The Washington State Liquor Control Board (LCB) continues to release a weekly list of individuals and companies who have submitted applications to grow, process or sell marijuana. Under the new law authorized by state voters in 2012, producers can both grow and process pot but they cannot sell marijuana.
In Whatcom County, there have been 38 applications filed for producers, 36 for processors and 11 for retailers. There were no applications received for Blaine or Birch Bay.
Bellingham produced the lion’s share of applications with 20 producer, 18 processor and 10 retail applications received. The only other retail application came from Point Roberts and it is not clear from the LCB information where the store will actually be located. There were six producer and six processor applications from Ferndale and four producer and three processor submissions from Lynden (shades of Amsterdam?) with the rest coming from Acme, Maple Falls, Glacier, Sumas and Everson.
As might be expected, company names reflected a certain aesthetic. Bearded Bro’s Buds, Acme Mountain Herb, Starry Field Farms, Jack’s Homegrown, and Oh McDonald Farms were some of the companies vying to get into the now-legal pot industry.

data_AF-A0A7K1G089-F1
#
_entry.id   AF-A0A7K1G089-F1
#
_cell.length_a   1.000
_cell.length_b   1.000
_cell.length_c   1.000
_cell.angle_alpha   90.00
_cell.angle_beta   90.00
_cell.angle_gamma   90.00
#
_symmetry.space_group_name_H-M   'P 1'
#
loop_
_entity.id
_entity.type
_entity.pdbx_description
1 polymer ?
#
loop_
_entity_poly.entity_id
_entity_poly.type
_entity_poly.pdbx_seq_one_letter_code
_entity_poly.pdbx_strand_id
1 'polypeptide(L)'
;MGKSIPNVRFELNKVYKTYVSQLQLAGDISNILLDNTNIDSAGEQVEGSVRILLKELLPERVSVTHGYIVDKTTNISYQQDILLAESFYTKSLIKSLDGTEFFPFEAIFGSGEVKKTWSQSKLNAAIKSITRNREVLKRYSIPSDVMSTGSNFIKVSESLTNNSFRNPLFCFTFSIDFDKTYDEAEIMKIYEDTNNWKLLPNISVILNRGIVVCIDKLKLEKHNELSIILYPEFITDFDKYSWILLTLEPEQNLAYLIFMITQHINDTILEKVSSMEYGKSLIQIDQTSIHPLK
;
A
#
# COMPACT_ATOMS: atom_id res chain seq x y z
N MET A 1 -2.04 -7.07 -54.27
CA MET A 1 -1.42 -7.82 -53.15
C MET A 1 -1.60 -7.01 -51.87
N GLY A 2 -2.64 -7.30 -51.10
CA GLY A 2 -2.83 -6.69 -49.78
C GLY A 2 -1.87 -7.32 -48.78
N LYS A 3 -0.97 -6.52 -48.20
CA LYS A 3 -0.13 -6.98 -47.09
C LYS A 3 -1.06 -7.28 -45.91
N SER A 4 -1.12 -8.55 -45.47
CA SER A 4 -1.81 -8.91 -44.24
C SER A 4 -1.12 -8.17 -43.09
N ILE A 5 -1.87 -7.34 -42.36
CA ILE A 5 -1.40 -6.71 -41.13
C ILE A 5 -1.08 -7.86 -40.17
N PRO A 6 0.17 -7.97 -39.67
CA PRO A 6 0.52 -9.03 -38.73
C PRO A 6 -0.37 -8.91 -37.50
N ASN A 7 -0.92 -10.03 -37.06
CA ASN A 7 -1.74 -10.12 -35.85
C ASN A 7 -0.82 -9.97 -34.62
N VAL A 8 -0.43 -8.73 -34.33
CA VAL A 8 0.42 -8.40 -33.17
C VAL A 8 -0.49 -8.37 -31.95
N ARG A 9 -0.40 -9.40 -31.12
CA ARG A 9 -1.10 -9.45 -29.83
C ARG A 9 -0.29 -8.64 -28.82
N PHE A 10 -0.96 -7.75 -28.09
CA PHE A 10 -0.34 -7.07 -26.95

The LCB has said it was placing priority on applications from processors in order to allow successful applicants time to begin growing their crops. Licenses will most likely be issued in late February or March, which would mean retail stores would start opening in late spring. Applications must first be vetted by the LCB who will be checking for criminal backgrounds and making certain the locations do not infringe upon the 1,000-foot exclusion zone that separates the businesses from schools, parks and other specified gathering places.
Under rules approved by the LCB on September 4, 15 stores in Whatcom County will be allowed to sell marijuana next year, . Of those licenses, Bellingham will receive six, and Ferndale and Lynden would each receive one.
Blaine immigration attorney Len Saunders cautioned border crossers, saying, “My feeling is that it creates uncertainty at the border because if you tell them at the border that you’re planning to buy marijuana, the federal laws are pretty cut and dried – it’s illegal. Period. Canadians will be denied entry.” He also added that such an admission would be the “kiss of death” for Canadians and Americans who hold NEXUS cards. “The program is zero tolerance,” he said.
The list will be updated weekly by the LCB and will be finalized early in 2014.